Enlarge /. LauncherOne goes into orbit after falling from its carrier aircraft on Sunday.
On Sunday afternoon, Virgin Orbit joined the rare club of companies that privately developed a rocket and successfully put it into orbit. Additionally, the California-based company became the first company to enter orbit with a liquid-fueled rocket launched in the air with its LauncherOne missile dropped from a 747 aircraft.
"This great flight is the culmination of years of hard work and will also unleash a whole new generation of innovators on their way into orbit," said Sir Richard Branson, founder of the company. "Virgin Orbit has achieved what many thought was impossible."
Sunday's flight, which included multiple firings of the top-stage LauncherOne engine and the successful deployment of multiple small satellites for NASA, completes an eight-year development program spanning myriad engineering challenges.
An air launch missile has several advantages over traditional ground launch boosters, including flexibility in reaching different orbits and the ability to launch in relatively bad weather. To achieve these benefits, however, Virgin Orbit needed to develop a liquid fuel rocket that could be dropped horizontally from an aircraft, its engines fired, and quickly aligned to a more vertical trajectory. (Although Orbital Sciences designed the Pegasus missile to fall off a carrier aircraft in the late 1980s, it was easier to construct with solid propellant.)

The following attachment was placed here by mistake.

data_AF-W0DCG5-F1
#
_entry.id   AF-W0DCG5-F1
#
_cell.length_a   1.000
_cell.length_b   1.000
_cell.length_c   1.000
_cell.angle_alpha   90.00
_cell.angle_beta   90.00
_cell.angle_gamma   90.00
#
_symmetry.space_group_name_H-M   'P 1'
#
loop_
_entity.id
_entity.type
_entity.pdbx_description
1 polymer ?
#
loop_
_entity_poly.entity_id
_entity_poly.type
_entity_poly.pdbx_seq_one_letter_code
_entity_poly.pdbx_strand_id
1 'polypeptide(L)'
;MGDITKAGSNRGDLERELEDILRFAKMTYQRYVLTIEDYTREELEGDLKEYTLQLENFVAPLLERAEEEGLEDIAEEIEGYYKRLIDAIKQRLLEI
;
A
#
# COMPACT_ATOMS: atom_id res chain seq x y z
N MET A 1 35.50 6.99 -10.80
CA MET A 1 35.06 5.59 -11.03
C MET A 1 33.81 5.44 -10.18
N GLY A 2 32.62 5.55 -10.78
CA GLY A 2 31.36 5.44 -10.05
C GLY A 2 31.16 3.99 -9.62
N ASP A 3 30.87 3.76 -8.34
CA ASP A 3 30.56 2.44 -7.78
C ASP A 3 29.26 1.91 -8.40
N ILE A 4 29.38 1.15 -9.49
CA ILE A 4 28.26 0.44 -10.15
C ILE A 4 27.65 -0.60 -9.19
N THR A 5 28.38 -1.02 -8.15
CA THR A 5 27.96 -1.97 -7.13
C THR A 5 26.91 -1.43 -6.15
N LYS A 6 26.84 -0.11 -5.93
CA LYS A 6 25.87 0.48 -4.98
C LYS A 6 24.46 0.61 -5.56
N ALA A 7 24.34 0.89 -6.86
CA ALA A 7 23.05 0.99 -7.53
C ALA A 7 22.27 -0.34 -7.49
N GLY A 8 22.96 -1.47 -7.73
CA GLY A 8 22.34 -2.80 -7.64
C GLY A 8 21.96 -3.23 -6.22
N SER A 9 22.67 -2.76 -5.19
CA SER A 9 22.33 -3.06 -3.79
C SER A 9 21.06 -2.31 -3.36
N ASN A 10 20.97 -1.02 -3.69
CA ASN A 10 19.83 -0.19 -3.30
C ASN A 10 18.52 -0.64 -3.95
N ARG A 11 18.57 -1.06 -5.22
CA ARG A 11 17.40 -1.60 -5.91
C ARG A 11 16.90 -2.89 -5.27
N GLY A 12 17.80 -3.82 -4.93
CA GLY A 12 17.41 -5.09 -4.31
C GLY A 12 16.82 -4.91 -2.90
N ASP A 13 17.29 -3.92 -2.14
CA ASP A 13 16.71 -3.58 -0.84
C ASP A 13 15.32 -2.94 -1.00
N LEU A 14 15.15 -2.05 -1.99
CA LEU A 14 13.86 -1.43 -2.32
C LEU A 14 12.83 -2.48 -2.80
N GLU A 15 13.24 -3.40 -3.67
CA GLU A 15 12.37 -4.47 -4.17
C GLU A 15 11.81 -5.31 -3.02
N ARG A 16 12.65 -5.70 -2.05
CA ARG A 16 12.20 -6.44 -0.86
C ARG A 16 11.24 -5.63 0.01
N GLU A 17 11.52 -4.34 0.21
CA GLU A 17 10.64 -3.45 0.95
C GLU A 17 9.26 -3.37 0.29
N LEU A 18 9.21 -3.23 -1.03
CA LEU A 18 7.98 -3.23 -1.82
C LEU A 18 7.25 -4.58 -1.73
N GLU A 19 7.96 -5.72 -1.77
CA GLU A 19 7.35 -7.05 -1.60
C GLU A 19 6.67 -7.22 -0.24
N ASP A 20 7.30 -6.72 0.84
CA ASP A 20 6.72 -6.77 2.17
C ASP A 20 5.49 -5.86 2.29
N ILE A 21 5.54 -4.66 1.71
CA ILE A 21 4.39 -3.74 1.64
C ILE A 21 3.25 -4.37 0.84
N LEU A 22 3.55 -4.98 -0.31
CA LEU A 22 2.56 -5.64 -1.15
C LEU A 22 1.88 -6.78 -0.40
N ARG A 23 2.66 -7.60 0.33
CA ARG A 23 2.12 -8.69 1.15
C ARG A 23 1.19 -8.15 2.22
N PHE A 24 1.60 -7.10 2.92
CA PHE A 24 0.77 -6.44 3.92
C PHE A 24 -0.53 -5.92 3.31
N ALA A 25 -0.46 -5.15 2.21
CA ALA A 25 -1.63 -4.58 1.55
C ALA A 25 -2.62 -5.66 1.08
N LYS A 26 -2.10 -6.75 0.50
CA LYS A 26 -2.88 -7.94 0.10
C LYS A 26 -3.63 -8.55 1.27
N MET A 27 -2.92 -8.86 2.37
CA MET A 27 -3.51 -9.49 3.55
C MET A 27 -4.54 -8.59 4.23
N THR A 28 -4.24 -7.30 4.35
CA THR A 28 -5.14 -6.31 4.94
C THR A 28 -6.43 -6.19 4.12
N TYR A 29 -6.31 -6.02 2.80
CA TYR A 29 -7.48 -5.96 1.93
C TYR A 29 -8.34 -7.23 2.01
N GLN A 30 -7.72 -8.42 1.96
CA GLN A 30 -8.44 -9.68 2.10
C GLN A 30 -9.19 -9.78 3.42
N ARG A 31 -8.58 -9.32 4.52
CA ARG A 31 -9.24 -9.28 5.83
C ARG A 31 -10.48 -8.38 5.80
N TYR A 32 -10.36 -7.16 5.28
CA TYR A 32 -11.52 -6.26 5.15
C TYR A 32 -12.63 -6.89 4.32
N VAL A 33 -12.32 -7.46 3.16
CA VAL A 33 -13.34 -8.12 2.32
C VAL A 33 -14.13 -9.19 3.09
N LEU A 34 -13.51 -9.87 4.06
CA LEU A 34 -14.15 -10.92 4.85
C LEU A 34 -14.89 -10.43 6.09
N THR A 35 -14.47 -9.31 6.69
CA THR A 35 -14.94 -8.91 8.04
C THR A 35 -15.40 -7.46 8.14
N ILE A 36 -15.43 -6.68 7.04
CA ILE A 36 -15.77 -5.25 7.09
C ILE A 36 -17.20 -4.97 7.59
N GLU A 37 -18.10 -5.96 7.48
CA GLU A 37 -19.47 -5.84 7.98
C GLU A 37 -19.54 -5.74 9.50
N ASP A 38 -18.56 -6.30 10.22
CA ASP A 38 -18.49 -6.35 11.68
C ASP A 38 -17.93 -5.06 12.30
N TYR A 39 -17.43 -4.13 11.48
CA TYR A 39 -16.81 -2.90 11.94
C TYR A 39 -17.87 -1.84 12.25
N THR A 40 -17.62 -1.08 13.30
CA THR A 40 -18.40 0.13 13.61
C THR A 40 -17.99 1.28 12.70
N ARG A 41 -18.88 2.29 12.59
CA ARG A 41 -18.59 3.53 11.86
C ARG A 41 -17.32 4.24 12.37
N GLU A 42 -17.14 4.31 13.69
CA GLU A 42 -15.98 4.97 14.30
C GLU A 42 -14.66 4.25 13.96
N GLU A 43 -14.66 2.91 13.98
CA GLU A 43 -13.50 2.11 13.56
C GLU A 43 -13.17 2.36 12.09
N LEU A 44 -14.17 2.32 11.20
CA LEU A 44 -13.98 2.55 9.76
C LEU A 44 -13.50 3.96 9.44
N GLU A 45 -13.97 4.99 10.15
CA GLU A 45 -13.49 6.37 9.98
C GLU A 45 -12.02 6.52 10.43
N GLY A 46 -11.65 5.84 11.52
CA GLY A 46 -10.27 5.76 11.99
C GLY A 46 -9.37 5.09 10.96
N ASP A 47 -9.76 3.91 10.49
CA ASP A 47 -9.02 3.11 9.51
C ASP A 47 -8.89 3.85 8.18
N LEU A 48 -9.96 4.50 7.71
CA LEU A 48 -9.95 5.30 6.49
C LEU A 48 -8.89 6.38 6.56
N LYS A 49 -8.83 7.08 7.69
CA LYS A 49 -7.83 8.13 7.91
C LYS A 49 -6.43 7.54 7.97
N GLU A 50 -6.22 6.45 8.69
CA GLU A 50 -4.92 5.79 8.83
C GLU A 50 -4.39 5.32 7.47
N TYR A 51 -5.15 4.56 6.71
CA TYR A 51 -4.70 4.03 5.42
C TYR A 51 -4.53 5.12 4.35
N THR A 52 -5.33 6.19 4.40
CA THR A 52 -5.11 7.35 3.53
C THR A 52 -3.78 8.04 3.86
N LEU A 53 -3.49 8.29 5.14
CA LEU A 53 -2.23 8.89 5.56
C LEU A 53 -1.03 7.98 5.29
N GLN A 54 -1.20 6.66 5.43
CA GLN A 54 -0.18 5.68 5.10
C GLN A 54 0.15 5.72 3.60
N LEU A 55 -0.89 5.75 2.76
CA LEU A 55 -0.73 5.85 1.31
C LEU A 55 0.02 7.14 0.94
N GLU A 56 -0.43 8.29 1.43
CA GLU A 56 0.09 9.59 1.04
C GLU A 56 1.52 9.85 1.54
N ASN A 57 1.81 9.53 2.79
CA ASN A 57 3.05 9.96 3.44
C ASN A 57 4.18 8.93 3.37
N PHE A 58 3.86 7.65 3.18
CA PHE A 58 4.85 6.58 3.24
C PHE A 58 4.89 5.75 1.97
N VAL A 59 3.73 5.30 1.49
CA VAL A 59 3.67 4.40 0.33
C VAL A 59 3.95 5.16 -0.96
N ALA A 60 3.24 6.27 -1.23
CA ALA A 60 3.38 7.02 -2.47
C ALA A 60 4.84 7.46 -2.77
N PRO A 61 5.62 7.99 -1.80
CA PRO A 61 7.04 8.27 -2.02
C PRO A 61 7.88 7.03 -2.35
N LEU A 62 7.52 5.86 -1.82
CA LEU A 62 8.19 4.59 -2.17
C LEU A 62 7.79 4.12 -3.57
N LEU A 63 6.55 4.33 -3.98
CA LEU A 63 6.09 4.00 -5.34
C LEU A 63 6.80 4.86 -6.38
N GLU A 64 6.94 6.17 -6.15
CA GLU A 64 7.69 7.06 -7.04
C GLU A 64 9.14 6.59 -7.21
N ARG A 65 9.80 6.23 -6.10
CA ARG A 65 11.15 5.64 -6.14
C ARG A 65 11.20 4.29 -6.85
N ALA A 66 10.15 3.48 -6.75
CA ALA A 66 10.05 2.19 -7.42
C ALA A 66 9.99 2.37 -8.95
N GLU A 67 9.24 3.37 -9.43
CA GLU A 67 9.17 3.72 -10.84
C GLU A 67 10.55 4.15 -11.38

A missile dropped from an aircraft cannot ignite its engines immediately due to the proximity of the aircraft and its pilots. In the case of LauncherOne, the rocket's NewtonThree engine ignites 3.25 seconds after it is launched. The main start of the engine takes place after 5.2 seconds. During this time, the missile falls and loses the speed it gained from the aircraft at around 30,000 feet.
Because of this resistance, negative acceleration affects the booster, causing all sorts of problems for both the rocket structure and the propulsion system. One problem is that this starts pushing the liquid oxygen and kerosene propellants to the top of the tanks and the fill gas – which fills the tanks when propellant is consumed – to the engine inlet.
The ignition process itself is also a challenge in the air. On the ground, a missile usually fires its engines and the on-board computer does one final, quick check to make sure everything is in order before the missile is fired. For this reason, the take-off usually follows a few seconds after ignition. There is no margin for error with Launcher One because if it does not fire, the missile will simply fall into the ocean.
<img alt = "Image showing the LauncherOne firing after it was dropped from his Cosmic girl Planes. "src =" https://cdn.arstechnica.net/wp-content/uploads/2021/01/LD2-Ignition-2.jpg "width =" 2889 "height =" 1806″/>
Image shows the LauncherOne firing after it was dropped from its Cosmic Girl plane.
The company and its engineers were able to solve all of these and other problems with the design of their rocket. But it took time and a lot of money. Branson has confirmed that he and other investors have invested approximately $ 1 billion in Virgin Orbit. This is a lot of money to invest in a small satellite launcher, however innovative it may be. Ars has explored Virgin Orbit's path to profitability over the past year, and the path will not be easy.
But these are discussions for another day. On Sunday, Virgin Orbit reached orbit on its second flight with what appeared to be a flawless mission. Few companies have done this with privately developed vehicles – very few outside of Orbital Sciences, SpaceX, and Rocket Lab. It was a good day.